• Pests and Guests will be held at the Tolland Agricultural Center in Vernon on Monday, July 25th at 5:30 PM. Activities include: cooking with bugs, games and demos for the whole family, and learning about bugs in the garden. We have a few spots available, please RSVP to bugweek@uconn.edu or call 860-486-9228.
  • Insect Wonders at the Farm: Join UConn Extension faculty and Spring Valley Student Farm staff and students for an interactive, fun-filled ‘buggy’ event. Learn about our amazing and important insect friends by collecting and observing them. Activities for the whole family will include insect collecting, insect-inspired crafts, Bug-Bingo and a scavenger hunt. This event will be held on Tuesday, July 26th from 9-10:30 am and 5:30-7 pm. The rain date is July 27th. Both sessions will be offered in English and Spanish.
  • Jane O’Donnell, Manager of Scientific Collections, Invertebrates will offer tours of the Insect Collections in the Department of Ecology and Evolutionary Biology on Thursday, July 28th. All tours are full, please make plans to join us next year.
  • Find out all about insects and where to look for them at Bug Walks and Talks at the Tolland Agricultural Center in Vernon on Saturday, July 30th from 10-1 PM. We will have guided bug hunts every hour, at 10, 11, noon. Two talks will be offered: “Gardening for Native Pollinators and Butterflies” by Pamm Cooper at 10:15 and “Insect Pests of the Vegetable Garden” by Joan Allen at 11:15. We have part of the UConn Natural History museum’s insect collection with Dave Colberg, plus live specimens including native walking sticks, caterpillars and other insects found in Connecticut. We also have on-site vegetable and butterfly gardens, and will have information available about gypsy moths.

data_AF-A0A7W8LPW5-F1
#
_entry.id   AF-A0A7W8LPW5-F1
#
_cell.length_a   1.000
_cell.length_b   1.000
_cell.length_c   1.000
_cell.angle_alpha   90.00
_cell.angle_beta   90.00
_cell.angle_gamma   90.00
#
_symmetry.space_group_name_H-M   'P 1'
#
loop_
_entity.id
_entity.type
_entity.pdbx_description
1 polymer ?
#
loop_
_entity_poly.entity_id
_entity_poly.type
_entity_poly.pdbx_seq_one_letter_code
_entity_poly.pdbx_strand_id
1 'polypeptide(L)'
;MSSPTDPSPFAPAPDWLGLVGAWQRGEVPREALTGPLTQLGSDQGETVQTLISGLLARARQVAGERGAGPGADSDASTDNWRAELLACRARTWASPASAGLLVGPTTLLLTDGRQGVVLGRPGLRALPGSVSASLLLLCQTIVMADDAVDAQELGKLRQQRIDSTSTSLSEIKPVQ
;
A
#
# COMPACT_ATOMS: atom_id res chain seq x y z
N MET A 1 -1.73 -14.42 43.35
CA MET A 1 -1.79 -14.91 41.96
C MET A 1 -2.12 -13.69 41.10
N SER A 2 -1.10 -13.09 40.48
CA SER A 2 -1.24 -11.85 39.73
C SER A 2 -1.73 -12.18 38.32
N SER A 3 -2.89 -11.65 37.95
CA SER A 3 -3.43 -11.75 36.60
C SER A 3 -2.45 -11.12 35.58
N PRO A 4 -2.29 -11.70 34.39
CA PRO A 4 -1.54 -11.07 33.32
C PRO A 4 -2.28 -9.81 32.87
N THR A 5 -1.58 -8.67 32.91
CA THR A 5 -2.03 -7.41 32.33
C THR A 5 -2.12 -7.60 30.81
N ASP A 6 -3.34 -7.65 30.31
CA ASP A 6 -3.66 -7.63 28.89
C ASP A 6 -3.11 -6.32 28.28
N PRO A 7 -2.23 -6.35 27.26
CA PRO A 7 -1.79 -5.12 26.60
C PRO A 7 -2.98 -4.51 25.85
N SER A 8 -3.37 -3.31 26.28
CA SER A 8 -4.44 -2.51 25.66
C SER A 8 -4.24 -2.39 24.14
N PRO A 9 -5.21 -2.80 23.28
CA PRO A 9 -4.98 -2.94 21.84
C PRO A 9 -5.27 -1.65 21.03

• A photo contest is being offered, with three categories: junior, senior and professional. More details can be found at: http://bugs.uconn.edu/photo-contest/

UConn Extension offices are spread across the state and offer an array of services dedicated to educating and informing the public on innovative technology and scientific improvements. Bug Week is one example of UConn Extension’s mission in tying research to real life, by addressing insects and some of their relatives.

For more information on Bug Week, please visit our website at www.bugs.uconn.edu or email bugweek@uconn.edu or call 860-486-9228.

Wild and Wonderful Insects of New England

Article and photos by Pamm Cooper

elderberry borer
Elderberry Borer. Photo by Pamm Cooper.

Toward the end of spring and the beginning of summer, I find that the most interesting insects are to be found. While spring offers some really good forester caterpillars and their attractive moths, among other things, nature seems to me to save the best for last, it seems to me. From beetles to butterflies, moths and their caterpillars, from June on there are some fabulous finds out there.

I have to admit to being a caterpillar enthusiast, and am partial to the sphinx, dagger, slug and prominent caterpillars and then the butterfly cats as well. Last year the swallowtail butterflies were few and far between, but this year our three main species- black, spicebush and tiger- are clearly more numerous. If you know where to look, you can find them.

I like to turn over elm leaves and search for two really spectacular caterpillars. The first is the double-toothed prominent, whose projections along its back resemble those of a stegosaurus. Along with its striking coloration and patterns, this is a truly remarkable find for anyone who takes the time to look and see. The second one is the elm sphinx, sometimes called the four- horned sphinx. This caterpillar has both a brown and a green form, and has little ridges running along its back. It is a behemoth, as well, like many sphinx caterpillars- robust and heavy.